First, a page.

Speaker # 3 was Robert Pozen of MFS Investment Management, who has been involved in Social Security reform planning for some time. I am willing to give him two cents or so of credit for offering an idea that purports at least to increase Social Security progressivity in a manner that the Administration apparently finds acceptable. This is to continue indexing benefits to rising wage levels among low-earner beneficiaries, but gradually shift to mere price indexing (i.e., for inflation not real wage growth) as one moves up the scale towards the top. Pozen calls his proposal "progressive indexing."
The way Pozen proposes to do it has serious flaws, some of which Peter Orszag addresses in his role as Speaker # 4. For example, it hits the middle more than one might think from Pozen's description, and if done with Bush privatization endangers actual repayment of the effective loans to high earners. It also has the odd feature of cutting benefits more (relative to the current baseline) if our economy does better than expected, the contrary of what one might think makes sense. To be sure, measuring cuts relative to today's baseline is a dumb perspective, unduly privileging current law, unless one agrees that wage indexing actually makes sense. But I would say it does (in the sense that a stable, fiscally sound, and optimal program would have it), as illustrated by the considerations that (a) with just price indexing the value of retirement benefits in effect heads to zero, relative to the size of the economy, over the infinite horizon, and (b) if we think of Social Security as requiring a minimum level of forced retirement saving, on the ground that any less is likely to be irrational, we might want to think in terms of replacing some decent percentage of one's salary level just before retirement, albeit self-financed by the worker if we have no reason to make a net lifetime transfer to her through Social Security.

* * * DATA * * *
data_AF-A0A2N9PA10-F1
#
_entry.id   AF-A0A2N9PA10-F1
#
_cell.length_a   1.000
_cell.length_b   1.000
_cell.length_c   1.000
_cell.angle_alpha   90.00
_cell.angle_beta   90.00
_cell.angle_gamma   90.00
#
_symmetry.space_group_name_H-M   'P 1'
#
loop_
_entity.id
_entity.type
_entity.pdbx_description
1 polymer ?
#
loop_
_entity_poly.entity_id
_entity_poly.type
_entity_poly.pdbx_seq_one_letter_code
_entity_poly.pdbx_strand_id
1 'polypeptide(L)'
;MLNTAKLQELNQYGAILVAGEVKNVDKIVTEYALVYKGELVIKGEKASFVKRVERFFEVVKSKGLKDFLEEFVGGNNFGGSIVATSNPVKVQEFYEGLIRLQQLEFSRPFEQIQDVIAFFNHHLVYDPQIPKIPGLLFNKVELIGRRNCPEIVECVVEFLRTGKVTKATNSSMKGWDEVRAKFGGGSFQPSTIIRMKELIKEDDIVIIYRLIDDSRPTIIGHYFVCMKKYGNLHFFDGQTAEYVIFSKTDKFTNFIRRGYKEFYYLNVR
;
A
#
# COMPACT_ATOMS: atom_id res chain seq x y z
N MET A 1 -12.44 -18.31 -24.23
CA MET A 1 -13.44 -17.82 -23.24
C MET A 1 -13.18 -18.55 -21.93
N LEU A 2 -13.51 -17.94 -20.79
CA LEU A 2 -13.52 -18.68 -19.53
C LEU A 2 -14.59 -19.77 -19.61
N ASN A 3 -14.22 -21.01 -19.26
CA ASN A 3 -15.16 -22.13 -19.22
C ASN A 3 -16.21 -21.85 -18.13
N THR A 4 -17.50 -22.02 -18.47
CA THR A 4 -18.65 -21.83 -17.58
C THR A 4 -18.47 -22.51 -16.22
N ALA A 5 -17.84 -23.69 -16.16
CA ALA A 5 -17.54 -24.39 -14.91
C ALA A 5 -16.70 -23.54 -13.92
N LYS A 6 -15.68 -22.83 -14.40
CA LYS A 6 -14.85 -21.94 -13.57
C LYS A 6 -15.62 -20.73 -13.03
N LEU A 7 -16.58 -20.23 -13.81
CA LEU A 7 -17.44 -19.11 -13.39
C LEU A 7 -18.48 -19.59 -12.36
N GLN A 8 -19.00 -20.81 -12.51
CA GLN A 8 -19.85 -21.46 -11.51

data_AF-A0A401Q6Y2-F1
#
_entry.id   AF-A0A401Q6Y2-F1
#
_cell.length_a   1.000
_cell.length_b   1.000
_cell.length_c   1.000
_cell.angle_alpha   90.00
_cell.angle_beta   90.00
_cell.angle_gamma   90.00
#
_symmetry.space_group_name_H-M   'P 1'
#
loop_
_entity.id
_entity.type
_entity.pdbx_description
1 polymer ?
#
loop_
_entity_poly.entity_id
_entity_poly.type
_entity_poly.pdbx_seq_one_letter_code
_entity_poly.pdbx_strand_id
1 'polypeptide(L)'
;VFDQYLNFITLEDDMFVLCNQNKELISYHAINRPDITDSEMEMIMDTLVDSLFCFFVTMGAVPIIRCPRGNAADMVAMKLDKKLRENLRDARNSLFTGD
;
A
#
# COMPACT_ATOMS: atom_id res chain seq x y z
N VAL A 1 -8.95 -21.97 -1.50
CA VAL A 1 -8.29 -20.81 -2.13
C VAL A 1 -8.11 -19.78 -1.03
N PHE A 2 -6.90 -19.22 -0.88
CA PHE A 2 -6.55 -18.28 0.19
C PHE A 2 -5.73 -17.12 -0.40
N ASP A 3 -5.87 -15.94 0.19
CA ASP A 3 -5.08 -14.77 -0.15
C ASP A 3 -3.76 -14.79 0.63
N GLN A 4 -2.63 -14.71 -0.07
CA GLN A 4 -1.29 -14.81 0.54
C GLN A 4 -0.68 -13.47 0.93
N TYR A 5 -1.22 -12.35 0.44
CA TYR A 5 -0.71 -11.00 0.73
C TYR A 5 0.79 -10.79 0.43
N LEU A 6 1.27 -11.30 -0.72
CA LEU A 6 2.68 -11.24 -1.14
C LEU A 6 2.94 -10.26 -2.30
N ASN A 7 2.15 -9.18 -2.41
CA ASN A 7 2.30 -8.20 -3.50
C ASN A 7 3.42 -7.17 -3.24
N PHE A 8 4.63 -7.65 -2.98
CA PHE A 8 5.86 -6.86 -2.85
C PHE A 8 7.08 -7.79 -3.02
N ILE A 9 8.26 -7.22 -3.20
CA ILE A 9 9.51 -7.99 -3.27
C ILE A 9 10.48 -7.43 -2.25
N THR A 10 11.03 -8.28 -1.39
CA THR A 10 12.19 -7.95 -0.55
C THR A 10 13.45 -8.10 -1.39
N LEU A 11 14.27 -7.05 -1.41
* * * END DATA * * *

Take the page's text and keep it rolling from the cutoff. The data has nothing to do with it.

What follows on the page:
So I probably wouldn't include progressive indexing, even modified from the Pozen version, in my preferred Social Security fix. But, properly redesigned, it shouldn't be ruled out as part of a bipartisan compromise package down the road if Republicans find it easier to swallow than other progressive benefit adjustments.
Orszag's remarks, although in some respects I might nitpick or quibble with them, are so much more sophisticated than anything else that is being said prominently about Social Security that, as Brad DeLong puts it, "in a good world, [he] would be in the White House running Social Security reform." Compare, for example, Gregory Mankiw, loyally bleating on about the importance of "choice" in a setting where its relevance is much less than would usually be the case, and you would think Orszag had at least 50 more IQ points and a much better post-graduate education if you didn't give Mankiw credit for having to toe the Administration line (and possibly doing the nation some good by staying there, if he has helped influence the Bush Administration towards greater candor, such as in the decision to admit that private accounts are not a free lunch).